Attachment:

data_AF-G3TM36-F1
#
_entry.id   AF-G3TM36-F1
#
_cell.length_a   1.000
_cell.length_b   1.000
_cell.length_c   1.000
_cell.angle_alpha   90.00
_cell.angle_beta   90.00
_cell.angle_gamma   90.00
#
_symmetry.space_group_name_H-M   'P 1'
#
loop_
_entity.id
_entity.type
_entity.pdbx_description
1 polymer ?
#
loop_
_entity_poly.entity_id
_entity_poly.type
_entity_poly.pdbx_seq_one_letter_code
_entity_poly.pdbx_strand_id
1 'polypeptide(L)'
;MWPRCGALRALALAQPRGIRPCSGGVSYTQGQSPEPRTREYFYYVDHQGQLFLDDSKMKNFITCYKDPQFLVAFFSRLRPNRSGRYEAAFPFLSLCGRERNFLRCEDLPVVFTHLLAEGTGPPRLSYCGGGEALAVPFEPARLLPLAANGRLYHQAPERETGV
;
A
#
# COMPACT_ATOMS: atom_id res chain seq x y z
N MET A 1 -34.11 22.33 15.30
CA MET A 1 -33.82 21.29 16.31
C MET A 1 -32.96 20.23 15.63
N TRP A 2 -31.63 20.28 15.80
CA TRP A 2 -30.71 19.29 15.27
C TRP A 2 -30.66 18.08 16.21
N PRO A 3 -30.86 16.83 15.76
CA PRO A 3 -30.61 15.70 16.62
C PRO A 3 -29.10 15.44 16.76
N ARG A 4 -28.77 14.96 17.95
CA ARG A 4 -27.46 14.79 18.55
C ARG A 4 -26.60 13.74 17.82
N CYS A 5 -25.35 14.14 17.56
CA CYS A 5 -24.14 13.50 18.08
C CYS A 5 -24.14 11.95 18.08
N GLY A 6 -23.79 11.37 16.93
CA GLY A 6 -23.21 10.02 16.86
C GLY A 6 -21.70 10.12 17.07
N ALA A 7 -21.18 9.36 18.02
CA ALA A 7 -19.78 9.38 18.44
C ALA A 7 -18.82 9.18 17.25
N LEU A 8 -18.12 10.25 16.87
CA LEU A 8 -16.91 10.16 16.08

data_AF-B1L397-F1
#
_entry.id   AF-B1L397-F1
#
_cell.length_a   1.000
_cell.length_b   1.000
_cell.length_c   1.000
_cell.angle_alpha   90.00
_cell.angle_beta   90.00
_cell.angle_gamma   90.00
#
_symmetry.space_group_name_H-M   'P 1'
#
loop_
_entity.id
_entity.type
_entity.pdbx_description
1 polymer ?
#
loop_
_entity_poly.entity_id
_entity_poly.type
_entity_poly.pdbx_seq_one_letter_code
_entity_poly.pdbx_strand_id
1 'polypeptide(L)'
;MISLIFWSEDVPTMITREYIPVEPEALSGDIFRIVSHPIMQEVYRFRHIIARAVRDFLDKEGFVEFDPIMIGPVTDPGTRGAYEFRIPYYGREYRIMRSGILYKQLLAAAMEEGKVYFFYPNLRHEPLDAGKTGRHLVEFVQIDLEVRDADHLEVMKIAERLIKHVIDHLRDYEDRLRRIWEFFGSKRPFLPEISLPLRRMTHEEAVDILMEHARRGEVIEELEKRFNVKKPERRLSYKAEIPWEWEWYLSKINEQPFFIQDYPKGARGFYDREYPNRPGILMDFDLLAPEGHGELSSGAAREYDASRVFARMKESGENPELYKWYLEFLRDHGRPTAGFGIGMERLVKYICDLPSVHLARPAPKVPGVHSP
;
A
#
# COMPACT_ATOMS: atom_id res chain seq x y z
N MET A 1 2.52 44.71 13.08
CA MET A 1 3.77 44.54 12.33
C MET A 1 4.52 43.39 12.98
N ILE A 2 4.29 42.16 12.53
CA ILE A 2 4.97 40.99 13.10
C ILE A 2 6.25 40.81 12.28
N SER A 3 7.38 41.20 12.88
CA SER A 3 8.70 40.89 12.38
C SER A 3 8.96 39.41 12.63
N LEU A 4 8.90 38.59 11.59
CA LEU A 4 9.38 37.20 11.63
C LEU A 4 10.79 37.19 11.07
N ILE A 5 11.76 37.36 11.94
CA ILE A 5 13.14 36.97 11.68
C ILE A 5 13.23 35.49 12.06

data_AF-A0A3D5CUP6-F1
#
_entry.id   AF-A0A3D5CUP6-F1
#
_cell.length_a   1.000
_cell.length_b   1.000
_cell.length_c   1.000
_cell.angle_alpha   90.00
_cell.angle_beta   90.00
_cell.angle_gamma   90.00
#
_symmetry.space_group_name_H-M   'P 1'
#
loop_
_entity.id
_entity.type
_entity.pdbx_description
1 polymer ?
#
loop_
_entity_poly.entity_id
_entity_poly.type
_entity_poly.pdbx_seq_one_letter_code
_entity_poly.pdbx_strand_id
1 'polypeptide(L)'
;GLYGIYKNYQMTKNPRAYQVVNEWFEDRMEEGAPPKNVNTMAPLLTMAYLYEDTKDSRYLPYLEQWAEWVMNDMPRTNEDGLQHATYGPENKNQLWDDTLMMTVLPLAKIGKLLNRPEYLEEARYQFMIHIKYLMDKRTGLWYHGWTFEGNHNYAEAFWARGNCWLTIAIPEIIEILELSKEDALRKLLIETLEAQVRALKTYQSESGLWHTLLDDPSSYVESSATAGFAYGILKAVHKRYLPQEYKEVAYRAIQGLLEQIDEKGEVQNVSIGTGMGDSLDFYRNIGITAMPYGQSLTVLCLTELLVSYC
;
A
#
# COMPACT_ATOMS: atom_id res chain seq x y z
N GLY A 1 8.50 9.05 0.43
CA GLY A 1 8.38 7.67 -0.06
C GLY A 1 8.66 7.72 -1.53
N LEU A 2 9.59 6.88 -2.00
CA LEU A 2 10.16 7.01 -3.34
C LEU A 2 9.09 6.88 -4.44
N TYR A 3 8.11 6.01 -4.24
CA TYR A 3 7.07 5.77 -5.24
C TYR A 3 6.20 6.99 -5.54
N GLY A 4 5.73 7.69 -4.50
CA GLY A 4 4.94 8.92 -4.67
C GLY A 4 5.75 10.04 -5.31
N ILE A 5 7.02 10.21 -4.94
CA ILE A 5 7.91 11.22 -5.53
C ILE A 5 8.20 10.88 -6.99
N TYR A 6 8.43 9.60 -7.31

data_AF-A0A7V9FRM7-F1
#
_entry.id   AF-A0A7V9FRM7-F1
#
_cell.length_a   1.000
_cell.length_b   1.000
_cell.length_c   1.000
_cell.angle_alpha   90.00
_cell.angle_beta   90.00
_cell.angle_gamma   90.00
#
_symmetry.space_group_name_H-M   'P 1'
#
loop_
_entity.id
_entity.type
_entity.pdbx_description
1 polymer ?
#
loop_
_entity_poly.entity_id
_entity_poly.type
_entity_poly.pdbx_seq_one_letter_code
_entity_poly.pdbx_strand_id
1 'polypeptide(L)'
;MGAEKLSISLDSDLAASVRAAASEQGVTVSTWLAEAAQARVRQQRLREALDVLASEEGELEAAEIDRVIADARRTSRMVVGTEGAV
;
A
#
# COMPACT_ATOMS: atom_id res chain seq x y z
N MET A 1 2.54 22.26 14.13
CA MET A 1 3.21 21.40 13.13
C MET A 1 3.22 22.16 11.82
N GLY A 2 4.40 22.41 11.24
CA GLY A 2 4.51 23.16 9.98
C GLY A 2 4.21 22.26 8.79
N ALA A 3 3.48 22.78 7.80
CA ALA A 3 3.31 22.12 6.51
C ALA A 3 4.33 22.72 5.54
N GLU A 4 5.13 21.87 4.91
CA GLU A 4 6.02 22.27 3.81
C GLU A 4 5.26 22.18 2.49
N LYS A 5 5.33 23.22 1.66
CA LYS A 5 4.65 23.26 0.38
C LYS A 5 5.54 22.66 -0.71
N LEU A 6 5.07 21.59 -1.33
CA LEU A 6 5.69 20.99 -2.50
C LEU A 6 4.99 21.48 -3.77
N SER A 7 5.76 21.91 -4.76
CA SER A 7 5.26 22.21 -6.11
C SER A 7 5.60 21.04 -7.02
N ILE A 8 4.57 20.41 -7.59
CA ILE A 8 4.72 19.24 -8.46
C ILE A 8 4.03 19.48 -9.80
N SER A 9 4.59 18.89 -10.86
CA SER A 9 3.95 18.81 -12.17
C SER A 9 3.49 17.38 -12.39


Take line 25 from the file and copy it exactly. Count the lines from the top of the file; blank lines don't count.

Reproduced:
1 'polypeptide(L)'